Rare Earth for Australian Bauxite in Tasmania Increased
- Category: tungsten‘s News
- Published on Tuesday, 25 May 2021 11:18
The Sydney-based Australian Bauxite has just discovered the highest level of rare earth elements to date in the DL130 bauxite project in northeastern Tasmania. The company stated that the near-surface results of the ongoing drilling activities of the DL130 show strong enrichment of the rare earth element (REE) neodymium in the super-magnet. The tests performed from the protruding borehole included 1 meter-scale 145.8 ppm neodymium, 34.55 ppm dysprosium, 34.52 ppm praseodymium, and 5.55 ppm terbium.
Australian Bauxite is listed on the ASX and has discovered bauxite deposits in Queensland, New South Wales and Tasmania, where it has mined and processed bauxite since 2014. An innovator business, the company has developed new technologies to add value to its bauxite which is especially suited to the manufacture of high strength cement used for major infrastructure.
Neodymium is a critical strategic metal used in magnets installed in electric car engines and other industrial motors (such as wind turbines). It is also used in smartphones and military electronics.
The latest encouraging 9-meter-deep ore sample from the DL315 hole contains the highest neodymium reading, about 500 meters east of the second-highest neodymium-content sample in the previous hole.
So far, the neodymium value in the bauxite source rock has been discovered within a range of 500 × 500 meters. According to the management, the mineralization is still open in all directions. Australian bauxite interprets that the source rock of bauxite is deeply corrosive and rich in neodymium.
The company states that the continued exploration plan at DL130 will target the source rock area in the range of 5 meters to 5 meters indicated by 7 completed ore samples. It is also studying a wider footprint and testing more structures.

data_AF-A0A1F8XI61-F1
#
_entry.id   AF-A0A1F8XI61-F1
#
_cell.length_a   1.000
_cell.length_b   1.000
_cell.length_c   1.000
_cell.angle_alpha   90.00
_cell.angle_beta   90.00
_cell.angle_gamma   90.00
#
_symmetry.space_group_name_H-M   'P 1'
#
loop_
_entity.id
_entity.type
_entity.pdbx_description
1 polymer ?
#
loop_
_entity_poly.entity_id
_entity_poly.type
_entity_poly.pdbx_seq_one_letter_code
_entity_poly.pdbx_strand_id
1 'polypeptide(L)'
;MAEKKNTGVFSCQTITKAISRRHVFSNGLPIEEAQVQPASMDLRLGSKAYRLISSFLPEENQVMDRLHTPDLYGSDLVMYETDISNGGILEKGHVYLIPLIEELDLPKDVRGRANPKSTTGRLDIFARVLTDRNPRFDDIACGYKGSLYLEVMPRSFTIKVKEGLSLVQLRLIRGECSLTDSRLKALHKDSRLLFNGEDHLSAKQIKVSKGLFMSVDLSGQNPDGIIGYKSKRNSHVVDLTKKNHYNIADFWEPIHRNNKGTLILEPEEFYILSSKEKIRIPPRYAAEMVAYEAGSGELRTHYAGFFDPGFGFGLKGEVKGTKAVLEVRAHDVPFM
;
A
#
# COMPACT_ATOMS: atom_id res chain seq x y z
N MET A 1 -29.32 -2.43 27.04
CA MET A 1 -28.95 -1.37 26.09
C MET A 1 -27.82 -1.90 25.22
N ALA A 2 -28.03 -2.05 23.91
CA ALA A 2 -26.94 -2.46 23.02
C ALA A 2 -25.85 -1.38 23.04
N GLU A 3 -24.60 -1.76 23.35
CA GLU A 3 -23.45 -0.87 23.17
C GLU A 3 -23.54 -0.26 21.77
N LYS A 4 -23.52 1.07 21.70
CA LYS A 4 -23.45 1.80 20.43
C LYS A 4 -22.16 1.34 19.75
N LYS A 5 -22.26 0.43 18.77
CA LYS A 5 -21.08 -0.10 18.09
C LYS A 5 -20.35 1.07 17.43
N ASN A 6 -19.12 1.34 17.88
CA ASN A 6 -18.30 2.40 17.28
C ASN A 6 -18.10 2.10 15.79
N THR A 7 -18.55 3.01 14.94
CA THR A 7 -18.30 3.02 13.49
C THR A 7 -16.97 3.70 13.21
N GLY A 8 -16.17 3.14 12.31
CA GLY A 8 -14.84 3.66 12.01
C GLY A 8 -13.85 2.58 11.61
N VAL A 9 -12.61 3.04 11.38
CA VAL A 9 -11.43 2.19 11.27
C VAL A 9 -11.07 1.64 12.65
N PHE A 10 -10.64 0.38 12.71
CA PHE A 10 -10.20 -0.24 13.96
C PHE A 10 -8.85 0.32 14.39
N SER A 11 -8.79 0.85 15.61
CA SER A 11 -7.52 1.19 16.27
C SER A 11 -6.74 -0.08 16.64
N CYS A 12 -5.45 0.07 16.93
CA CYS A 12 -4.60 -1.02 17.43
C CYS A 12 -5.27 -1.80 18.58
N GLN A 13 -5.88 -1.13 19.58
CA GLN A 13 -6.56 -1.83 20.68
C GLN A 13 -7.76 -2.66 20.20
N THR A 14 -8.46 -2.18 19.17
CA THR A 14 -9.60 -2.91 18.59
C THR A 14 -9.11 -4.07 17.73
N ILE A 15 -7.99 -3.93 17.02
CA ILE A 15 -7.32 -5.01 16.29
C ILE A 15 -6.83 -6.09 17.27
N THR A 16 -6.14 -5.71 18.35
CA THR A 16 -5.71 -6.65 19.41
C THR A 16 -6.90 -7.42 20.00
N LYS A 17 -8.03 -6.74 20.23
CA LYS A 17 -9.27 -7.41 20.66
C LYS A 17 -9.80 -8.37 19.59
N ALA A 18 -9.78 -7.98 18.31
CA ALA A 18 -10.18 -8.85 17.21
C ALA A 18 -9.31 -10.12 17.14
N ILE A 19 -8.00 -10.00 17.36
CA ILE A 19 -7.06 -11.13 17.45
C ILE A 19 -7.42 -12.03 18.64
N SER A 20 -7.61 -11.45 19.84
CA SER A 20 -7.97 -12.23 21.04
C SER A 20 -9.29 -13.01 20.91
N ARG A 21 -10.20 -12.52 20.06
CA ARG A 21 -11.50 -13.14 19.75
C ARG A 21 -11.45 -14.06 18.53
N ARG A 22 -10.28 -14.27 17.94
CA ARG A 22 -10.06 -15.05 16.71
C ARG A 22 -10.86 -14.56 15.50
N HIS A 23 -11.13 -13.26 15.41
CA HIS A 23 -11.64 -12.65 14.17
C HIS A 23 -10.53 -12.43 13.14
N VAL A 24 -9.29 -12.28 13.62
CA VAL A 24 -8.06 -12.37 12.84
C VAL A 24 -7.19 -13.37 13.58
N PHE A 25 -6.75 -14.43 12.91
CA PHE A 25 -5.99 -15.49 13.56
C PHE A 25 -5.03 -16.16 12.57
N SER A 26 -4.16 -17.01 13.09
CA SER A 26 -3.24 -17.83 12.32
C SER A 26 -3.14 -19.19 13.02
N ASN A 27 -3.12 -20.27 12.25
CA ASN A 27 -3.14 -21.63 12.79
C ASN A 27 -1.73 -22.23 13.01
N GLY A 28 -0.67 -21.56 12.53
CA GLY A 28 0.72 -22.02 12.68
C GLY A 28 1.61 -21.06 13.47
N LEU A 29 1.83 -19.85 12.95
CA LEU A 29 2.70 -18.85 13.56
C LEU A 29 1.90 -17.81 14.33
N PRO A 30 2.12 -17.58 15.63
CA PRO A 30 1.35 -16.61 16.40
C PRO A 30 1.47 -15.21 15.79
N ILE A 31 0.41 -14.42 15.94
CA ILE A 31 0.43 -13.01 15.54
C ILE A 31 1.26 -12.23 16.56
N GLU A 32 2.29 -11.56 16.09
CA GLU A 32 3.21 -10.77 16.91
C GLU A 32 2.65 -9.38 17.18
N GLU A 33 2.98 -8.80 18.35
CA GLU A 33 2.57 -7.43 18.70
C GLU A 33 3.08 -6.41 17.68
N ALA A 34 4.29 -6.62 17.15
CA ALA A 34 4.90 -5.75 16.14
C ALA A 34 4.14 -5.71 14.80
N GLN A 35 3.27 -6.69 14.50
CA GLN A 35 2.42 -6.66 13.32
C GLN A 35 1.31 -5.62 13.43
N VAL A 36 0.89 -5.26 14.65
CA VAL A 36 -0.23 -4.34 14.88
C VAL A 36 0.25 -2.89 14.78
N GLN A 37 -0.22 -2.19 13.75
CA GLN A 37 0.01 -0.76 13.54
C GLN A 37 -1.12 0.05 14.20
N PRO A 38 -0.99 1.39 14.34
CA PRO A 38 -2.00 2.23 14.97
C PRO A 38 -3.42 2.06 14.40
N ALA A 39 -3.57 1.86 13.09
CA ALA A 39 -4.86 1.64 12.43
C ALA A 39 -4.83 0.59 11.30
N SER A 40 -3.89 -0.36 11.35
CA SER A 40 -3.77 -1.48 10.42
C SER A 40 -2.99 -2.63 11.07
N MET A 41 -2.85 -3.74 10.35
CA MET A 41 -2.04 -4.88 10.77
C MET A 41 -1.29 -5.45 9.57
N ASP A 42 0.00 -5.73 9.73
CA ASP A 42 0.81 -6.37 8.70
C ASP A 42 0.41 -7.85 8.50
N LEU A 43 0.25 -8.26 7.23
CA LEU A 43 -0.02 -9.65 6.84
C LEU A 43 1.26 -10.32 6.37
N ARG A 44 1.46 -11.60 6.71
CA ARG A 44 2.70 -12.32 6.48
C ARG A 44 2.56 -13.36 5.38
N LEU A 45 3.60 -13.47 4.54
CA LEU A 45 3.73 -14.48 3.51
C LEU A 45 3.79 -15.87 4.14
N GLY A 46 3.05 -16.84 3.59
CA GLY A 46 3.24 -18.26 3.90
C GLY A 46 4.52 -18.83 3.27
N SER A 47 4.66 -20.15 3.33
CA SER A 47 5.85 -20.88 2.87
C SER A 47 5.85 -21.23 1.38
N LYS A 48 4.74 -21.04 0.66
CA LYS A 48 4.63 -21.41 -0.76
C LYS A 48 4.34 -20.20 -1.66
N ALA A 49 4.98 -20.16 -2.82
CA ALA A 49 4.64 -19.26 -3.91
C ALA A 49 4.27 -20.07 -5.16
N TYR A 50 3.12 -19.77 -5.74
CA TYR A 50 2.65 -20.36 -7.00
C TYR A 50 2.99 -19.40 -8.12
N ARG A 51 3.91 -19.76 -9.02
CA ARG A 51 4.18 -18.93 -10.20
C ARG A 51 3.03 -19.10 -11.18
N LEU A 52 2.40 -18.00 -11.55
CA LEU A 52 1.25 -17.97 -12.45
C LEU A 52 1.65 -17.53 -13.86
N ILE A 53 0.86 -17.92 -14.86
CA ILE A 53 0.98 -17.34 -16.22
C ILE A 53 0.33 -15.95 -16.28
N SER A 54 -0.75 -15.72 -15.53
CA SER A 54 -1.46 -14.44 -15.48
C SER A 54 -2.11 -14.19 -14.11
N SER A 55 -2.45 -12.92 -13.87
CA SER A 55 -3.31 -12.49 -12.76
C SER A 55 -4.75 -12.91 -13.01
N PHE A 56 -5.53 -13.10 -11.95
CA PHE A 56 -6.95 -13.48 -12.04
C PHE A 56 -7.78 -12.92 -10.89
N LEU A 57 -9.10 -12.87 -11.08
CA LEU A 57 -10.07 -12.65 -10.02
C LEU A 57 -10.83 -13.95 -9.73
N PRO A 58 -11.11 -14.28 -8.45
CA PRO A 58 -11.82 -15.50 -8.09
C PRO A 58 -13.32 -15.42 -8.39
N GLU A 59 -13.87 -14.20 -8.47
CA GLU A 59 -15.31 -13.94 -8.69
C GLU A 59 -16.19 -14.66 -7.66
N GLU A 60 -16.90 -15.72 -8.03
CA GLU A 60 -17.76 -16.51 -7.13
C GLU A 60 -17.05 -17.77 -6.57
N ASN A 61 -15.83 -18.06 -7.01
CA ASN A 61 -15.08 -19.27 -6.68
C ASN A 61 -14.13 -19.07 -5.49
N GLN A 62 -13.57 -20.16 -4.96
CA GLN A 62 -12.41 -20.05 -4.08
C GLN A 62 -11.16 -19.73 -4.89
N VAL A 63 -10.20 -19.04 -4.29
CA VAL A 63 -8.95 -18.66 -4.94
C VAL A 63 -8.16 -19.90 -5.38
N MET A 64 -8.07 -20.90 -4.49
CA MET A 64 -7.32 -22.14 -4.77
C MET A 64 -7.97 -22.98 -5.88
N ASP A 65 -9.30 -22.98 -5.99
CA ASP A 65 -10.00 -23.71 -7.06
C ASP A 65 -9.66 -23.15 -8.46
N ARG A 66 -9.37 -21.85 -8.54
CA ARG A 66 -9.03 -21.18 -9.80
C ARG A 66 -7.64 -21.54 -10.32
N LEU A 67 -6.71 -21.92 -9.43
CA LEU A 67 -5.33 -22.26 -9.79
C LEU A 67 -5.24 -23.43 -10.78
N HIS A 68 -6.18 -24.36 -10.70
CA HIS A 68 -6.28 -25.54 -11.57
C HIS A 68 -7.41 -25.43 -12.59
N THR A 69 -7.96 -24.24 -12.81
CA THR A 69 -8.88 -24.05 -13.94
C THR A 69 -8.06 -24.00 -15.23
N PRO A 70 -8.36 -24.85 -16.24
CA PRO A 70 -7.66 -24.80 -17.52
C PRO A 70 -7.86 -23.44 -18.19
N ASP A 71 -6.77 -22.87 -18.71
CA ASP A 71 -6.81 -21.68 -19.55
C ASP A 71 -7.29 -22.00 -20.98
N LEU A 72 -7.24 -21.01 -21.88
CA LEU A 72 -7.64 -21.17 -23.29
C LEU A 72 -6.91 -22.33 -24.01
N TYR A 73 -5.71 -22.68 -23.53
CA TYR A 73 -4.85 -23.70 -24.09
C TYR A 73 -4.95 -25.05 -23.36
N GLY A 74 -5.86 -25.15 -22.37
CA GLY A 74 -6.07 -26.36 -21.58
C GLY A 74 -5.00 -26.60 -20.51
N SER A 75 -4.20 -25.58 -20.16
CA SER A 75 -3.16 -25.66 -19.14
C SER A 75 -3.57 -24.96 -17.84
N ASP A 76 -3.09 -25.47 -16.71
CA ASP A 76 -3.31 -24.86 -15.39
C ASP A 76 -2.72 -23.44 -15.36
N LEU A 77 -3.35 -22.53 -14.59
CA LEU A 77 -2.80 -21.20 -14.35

In the DL130 project, we found that REEs are enriched in widely distributed rock units. Early test work has shown that REEs are easy to leach, with low enrichment costs and no harmful elements. The company stated that its goal is to find a type of deposit that can be quickly developed into an in-situ leaching project.
The company is looking for an ionic adsorption clay-style mineralization clay, which is similar to the ionic adsorption clay deposits in southern China that produce REEs through simple leaching. According to the bauxite mine, any REE resources that it can delineate in northern Tasmania may be water-soluble or ion-adsorbed clay REEs, which are easy to develop quickly.
However, unlike southern China, there are no rice fields on Tasmania’s mineral deposits. Most exploration targets are located in hardwood plantations, where the ground is quite barren due to the formation of bauxite.
The in-situ leaching method is widely used in the United States. Since 2001, Heathgate Resources has not encountered any problems with the extraction of uranium ore in Beverley, South Australia.
Australia's bauxite says that its rare earth element leaching will be much benign. With the recent surge in neodymium prices, the company's REE strategic transition seems to be at the right time. After the news of the sample came out, the share price of Australian bauxite once rose by more than 13.5% in today's trading.
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